The Beekeeper of Aleppo

Coventry Belgrade


This is a first-class staging of a first-class play based on a first-class, award-winning recent book. Christy Leftieri’s best-selling novel The Beekeeper of Aleppo (2019) has already picked up top tributes both here and on New York’s Broadway. It preceded a clutch of acclaimed novels: Songbirds, Refugee Tales, A Book of Fire.  

She is the child of Cypriot refugees; she herself has worked with refugees in Athens, where part of this immensely powerful story takes place. Her empathy with the plight of those evading conflict – the whole point is that these are Syrians around whom everything – like the Ukraine today – has been smashed and destroyed, is profound. Including their young son, Sami, killed in their own garden in the heartless bombing, their grief for whom plays the major role in the later stages of the story.

The adaptation for the stage is by Nesrin Alrefaai, visiting lecturer in Arabic Studies at the LSE (London School of Economics) and Matthew Spangler (adapter of The Kite Runner, a huge hit on both sides of the Atlantic). The producers are UK Productions Ltd. And the production, both forceful and moving, hails from the ever-inventive Nottingham Playhouse. It’s also in association with Liverpool’s two main originating theatres.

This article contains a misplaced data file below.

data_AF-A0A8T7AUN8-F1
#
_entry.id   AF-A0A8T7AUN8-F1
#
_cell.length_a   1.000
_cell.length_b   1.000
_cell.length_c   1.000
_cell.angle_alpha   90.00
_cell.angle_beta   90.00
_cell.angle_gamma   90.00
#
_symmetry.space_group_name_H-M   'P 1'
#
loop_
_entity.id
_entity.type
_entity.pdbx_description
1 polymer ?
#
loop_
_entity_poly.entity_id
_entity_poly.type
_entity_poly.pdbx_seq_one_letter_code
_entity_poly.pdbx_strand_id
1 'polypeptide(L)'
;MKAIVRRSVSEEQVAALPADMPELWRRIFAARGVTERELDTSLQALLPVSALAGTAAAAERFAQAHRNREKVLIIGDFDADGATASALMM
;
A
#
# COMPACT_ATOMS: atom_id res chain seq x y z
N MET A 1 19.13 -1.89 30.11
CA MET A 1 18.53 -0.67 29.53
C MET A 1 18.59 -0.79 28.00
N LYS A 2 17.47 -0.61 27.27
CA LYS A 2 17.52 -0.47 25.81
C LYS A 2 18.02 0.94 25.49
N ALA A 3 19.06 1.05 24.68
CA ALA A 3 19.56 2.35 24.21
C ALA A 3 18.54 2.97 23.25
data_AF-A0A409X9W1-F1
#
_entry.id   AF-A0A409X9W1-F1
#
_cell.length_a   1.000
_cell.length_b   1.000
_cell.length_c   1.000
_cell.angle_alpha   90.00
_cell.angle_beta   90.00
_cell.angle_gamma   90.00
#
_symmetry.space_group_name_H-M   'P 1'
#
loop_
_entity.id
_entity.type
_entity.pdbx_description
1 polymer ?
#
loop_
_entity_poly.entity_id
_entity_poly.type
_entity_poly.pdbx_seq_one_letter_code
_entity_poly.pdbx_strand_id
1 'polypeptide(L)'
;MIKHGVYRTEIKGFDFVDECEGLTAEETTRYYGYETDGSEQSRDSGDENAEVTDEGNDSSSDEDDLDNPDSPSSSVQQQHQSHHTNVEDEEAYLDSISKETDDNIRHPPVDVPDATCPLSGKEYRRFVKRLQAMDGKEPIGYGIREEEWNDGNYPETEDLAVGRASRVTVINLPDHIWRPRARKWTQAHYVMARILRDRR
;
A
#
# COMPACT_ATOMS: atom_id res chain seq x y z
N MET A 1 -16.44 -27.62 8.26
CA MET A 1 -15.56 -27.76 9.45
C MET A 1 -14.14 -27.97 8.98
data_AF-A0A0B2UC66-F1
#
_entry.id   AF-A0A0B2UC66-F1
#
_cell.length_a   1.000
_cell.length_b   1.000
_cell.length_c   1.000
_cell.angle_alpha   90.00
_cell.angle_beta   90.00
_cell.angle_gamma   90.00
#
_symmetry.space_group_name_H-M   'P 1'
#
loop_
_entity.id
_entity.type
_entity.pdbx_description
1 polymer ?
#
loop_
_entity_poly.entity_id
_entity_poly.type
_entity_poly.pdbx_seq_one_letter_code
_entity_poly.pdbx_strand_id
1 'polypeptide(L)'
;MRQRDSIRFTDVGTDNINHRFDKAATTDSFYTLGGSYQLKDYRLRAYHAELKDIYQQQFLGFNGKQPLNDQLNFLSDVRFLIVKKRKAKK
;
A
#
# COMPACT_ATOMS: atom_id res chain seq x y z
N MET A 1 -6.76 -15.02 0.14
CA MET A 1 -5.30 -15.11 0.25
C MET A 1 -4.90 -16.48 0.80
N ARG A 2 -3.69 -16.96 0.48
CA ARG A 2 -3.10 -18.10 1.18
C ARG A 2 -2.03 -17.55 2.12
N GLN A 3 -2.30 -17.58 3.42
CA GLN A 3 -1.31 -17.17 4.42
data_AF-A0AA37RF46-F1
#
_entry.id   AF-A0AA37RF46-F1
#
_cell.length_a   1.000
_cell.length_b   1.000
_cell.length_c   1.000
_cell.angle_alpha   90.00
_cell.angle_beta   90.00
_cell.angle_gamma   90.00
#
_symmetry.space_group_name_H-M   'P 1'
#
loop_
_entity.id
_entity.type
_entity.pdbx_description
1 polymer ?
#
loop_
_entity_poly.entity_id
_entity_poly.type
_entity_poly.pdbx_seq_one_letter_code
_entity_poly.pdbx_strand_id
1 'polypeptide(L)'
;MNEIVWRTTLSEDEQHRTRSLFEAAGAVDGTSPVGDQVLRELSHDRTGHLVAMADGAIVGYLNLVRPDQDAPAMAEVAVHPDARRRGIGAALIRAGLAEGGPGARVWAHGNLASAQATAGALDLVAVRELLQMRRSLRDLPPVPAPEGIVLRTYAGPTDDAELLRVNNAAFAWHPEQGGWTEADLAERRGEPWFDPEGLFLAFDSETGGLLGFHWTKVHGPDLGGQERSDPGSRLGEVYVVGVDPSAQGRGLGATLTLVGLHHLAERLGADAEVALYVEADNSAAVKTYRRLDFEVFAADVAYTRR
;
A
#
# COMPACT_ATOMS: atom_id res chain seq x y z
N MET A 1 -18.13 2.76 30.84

The music (Elaha Soroor) is atmospheric, beautiful and beneficial. The set is ingenious, generating a feel of middle eastern desert and destruction alike, functions superbly, lit by the always splendid Ben Ormerod. Notable was a split left-right between pastel green and more regular fawn. Although a trapdoor only serves one occasion, other devices, doors, a forlorn bed, provide all that’s needed for the vivid action, which never lets up for a second.   

  bee cast

Roxy Faridany, as Afra, Alfred Clay as Nuri and Joseph Long as Mustafa

From his very first words in Miranda Cromwell’s masterly production, the main character, Nuri (Alfred Clay) – the beekeeper of the title, gives an utterly assured performance, beautifully conceived, finely observed, deeply sympathetic, and understanding of the desperate, confused, and perpetually horrendous condition Nuri finds himself in.

 His wife, Afra (Roxy Faridani), is an artist, although this might have been explored in the staging, and largely isn’t. Essentially she is a dependant, her health uncertain, but her character such that she is the rock on which Nuri depends. She cannot take a lead, but she keeps him on the right path and prevents him in his exasperation making errors – so easy to fall into when the whole world seems against them and life is genuinely destitute. They have had to leave everything behind. They have no worldly goods to carry with them.